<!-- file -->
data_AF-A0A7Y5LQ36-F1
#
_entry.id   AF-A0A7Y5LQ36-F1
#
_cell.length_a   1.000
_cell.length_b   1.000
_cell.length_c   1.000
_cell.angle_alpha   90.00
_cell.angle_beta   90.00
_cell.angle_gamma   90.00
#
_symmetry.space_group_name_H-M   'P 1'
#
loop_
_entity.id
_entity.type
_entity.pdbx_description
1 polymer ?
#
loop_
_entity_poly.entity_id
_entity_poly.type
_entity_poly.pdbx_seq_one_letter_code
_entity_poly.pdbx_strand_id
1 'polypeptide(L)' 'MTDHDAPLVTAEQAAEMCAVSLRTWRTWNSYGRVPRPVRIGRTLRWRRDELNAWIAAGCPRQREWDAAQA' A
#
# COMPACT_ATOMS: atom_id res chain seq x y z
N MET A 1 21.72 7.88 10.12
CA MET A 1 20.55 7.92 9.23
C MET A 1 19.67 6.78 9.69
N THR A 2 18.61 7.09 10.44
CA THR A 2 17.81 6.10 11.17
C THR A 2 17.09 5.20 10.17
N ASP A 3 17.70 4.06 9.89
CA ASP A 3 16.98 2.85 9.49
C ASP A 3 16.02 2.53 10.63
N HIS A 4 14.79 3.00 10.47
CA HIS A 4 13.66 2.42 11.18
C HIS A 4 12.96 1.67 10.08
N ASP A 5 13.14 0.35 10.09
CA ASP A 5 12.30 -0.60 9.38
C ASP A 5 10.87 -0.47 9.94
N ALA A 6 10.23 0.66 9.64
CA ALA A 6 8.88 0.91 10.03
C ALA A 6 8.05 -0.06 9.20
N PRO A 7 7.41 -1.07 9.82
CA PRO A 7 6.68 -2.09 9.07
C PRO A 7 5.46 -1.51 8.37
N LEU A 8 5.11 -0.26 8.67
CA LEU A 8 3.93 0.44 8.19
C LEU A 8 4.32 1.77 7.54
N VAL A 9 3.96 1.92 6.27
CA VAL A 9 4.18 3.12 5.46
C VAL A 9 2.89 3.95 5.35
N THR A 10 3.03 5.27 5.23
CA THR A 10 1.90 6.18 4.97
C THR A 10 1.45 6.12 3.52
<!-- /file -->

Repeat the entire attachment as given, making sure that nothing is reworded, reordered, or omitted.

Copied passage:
data_AF-A0A7Y5LQ36-F1
#
_entry.id   AF-A0A7Y5LQ36-F1
#
_cell.length_a   1.000
_cell.length_b   1.000
_cell.length_c   1.000
_cell.angle_alpha   90.00
_cell.angle_beta   90.00
_cell.angle_gamma   90.00
#
_symmetry.space_group_name_H-M   'P 1'
#
loop_
_entity.id
_entity.type
_entity.pdbx_description
1 polymer ?
#
loop_
_entity_poly.entity_id
_entity_poly.type
_entity_poly.pdbx_seq_one_letter_code
_entity_poly.pdbx_strand_id
1 'polypeptide(L)' 'MTDHDAPLVTAEQAAEMCAVSLRTWRTWNSYGRVPRPVRIGRTLRWRRDELNAWIAAGCPRQREWDAAQA' A
#
# COMPACT_ATOMS: atom_id res chain seq x y z
N MET A 1 21.72 7.88 10.12
CA MET A 1 20.55 7.92 9.23
C MET A 1 19.67 6.78 9.69
N THR A 2 18.61 7.09 10.44
CA THR A 2 17.81 6.10 11.17
C THR A 2 17.09 5.20 10.17
N ASP A 3 17.70 4.06 9.89
CA ASP A 3 16.98 2.85 9.49
C ASP A 3 16.02 2.53 10.63
N HIS A 4 14.79 3.00 10.47
CA HIS A 4 13.66 2.42 11.18
C HIS A 4 12.96 1.67 10.08
N ASP A 5 13.14 0.35 10.09
CA ASP A 5 12.30 -0.60 9.38
C ASP A 5 10.87 -0.47 9.94
N ALA A 6 10.23 0.66 9.64
CA ALA A 6 8.88 0.91 10.03
C ALA A 6 8.05 -0.06 9.20
N PRO A 7 7.41 -1.07 9.82
CA PRO A 7 6.68 -2.09 9.07
C PRO A 7 5.46 -1.51 8.37
N LEU A 8 5.11 -0.26 8.67
CA LEU A 8 3.93 0.44 8.19
C LEU A 8 4.32 1.77 7.54
N VAL A 9 3.96 1.92 6.27
CA VAL A 9 4.18 3.12 5.46
C VAL A 9 2.89 3.95 5.35
N THR A 10 3.03 5.27 5.23
CA THR A 10 1.90 6.18 4.97
C THR A 10 1.45 6.12 3.52